The Fraunhofer Institute for Wind Energy and Energy System Technology (Fraunhofer IWES) has verified the accuracy of Galion Lidar’s “remote mast” function. This is the first independent validation of this novel wind measurement method in the industry.
The research institute says that Galion Lidar, a remote wind measurement device developed by international renewable energy consultancy, SgurrEnergy, “may be recommended […] for a power performance assessment offshore with the lidar installed on the transition piece of the test turbine.”
Power performance assessment of offshore wind turbines is essential to ensure they are working correctly, however the use of conventional met mast technology to carry out these tests comes at a high cost. The innovation of low cost, lidar-based alternatives to measure wind speed has been stimulated by the need to reduce these costs.
These include lidars installed on fixed or floating platforms, on the nacelle of the test turbine, or acquiring remote mast measurements from the transition piece (the walkway at the bottom of the tower). Floating and nacelle mounted solutions are explicitly excluded by current IEC standards, which state, “Only ground based remote sensing devices are used (e.g. nacelle mountings are not included).” Only Lidars situated on the transition piece of the test turbine or on fixed platforms comply with this IEC requirement.
According to the Fraunhofer IWES study, Galion Lidar’s “remote mast” capability allows measurements “where a horizontal distance between the location of the measurement device and its measurements is necessary”. This lets IEC compliant measurements be obtained at a fraction of the costs of the current standard method by a Galion installed on the transition piece of an offshore wind turbine. The measurements were compared to an IEC compliant met mast, and “the results of the verification test indicate a good agreement.” The comparison was undertaken in moderately complex terrain and so “it is expected that the uncertainties [for offshore power curve tests] are even smaller […] since the influences of the terrain would be less significant for an offshore site.” The distance and height over which the test was conducted met the requirements of an IEC compliant power curve test.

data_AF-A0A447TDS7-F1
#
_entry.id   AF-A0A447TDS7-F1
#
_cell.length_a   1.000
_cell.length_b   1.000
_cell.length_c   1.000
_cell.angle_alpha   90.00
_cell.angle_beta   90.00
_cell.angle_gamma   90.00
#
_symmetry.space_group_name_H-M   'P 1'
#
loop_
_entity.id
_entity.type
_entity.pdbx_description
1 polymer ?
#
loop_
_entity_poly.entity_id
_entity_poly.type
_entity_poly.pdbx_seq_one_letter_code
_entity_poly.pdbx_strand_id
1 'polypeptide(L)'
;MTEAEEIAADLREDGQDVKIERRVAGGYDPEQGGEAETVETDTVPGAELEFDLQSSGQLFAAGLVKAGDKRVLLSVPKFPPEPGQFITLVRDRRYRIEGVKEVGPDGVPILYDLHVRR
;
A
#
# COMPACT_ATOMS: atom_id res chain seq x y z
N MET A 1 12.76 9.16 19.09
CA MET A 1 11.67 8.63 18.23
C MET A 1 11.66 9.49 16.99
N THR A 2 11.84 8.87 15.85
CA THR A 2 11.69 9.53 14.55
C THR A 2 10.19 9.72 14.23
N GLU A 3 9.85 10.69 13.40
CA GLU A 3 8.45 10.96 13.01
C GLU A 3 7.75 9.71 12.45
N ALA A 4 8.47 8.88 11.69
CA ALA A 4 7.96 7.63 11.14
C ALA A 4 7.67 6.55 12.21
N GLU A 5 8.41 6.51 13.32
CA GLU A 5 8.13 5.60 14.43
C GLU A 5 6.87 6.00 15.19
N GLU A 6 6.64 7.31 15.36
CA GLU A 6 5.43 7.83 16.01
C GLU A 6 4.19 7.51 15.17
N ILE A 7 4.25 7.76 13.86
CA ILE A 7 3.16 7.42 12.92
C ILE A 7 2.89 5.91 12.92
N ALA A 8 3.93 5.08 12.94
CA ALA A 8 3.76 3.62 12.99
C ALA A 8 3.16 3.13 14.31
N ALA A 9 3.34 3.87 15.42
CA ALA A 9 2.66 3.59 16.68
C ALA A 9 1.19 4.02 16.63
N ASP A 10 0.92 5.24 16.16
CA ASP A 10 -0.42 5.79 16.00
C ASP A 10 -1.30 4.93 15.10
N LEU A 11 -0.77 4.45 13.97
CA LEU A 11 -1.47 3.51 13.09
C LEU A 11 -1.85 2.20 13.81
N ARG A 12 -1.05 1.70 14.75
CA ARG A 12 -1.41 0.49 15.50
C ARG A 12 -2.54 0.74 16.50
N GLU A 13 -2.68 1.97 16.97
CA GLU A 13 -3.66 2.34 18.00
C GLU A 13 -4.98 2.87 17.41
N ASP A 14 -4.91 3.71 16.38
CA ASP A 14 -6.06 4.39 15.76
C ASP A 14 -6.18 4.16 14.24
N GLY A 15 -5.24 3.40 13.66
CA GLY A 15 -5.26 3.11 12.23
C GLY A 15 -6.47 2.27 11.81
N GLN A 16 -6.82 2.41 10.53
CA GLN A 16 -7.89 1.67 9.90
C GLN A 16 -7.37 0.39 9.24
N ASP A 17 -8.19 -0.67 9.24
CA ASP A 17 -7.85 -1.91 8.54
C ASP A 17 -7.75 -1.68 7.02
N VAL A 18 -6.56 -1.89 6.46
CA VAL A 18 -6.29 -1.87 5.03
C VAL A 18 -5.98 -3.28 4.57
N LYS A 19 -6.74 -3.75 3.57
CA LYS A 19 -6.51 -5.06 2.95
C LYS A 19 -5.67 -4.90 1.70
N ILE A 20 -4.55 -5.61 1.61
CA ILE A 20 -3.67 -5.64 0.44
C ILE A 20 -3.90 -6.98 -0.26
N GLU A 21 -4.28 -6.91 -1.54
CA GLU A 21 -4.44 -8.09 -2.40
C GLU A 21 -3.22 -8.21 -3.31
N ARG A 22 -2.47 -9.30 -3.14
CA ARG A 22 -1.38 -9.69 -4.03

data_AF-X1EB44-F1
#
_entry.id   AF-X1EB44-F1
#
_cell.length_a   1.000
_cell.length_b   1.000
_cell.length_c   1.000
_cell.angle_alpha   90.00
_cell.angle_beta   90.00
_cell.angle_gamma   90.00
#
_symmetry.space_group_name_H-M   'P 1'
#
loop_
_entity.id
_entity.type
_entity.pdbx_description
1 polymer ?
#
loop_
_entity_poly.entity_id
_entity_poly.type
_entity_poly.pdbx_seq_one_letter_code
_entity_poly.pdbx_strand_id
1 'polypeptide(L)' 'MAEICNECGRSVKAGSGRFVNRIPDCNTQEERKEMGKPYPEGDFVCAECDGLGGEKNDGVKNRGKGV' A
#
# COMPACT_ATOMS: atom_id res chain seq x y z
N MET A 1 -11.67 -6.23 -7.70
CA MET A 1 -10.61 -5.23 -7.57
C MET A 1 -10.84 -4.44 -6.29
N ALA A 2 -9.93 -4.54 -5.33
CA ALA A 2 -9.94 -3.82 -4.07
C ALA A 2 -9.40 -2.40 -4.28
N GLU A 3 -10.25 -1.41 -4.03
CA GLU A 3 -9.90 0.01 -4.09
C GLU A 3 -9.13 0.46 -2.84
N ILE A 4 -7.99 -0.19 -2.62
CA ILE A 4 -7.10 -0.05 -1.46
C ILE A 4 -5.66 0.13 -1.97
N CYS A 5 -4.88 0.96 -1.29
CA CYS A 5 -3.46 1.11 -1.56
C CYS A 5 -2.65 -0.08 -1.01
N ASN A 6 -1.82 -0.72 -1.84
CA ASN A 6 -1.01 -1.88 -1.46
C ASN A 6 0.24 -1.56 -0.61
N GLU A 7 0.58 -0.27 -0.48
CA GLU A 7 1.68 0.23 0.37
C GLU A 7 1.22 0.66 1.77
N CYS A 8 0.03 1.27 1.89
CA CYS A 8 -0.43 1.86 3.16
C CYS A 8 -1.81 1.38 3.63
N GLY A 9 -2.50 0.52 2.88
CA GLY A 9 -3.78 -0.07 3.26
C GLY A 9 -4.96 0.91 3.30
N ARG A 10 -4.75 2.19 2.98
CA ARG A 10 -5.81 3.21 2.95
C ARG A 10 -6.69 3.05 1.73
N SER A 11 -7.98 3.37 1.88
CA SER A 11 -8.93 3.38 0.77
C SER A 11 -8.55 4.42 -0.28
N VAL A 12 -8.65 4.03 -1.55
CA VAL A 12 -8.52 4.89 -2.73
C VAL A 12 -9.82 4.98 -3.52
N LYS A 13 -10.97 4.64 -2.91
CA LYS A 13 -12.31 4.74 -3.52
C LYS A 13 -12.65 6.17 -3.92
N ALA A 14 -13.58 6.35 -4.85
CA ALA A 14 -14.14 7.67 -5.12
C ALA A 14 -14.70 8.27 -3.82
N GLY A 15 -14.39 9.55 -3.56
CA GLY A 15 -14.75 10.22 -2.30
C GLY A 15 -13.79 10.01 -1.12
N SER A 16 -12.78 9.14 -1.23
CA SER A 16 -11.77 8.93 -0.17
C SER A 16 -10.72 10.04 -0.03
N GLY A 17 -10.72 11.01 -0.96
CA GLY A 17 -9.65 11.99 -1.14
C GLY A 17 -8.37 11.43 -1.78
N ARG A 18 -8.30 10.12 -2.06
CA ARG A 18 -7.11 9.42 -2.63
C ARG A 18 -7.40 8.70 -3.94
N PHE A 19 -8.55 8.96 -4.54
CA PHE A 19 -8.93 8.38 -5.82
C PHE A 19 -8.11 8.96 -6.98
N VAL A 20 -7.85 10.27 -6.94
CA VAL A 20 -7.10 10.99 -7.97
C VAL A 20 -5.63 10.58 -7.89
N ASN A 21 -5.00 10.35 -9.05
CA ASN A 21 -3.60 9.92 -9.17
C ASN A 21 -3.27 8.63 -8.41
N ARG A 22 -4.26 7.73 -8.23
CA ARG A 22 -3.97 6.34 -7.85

The Galion’s capabilities offshore have recently been demonstrated by a series of high profile deployments in the North Sea, Baltic Sea, and South China Sea. Galion Lidar is currently performing an offshore power performance assessment on the transition piece of a wind turbine in the Alpha Ventus offshore wind farm as part of a joint measurement campaign with AREVA Wind.
The approval of the lidar capabilities by Fraunhofer IWES follows a series of independent verifications of the device. Galion was given the seal of approval by wind energy experts, Deutsche WindGuard in March, was independently certified by Risø DTU in Denmark and is routinely tested at SgurrEnergy’s remote sensing test facility at Carrot Moor in Scotland.
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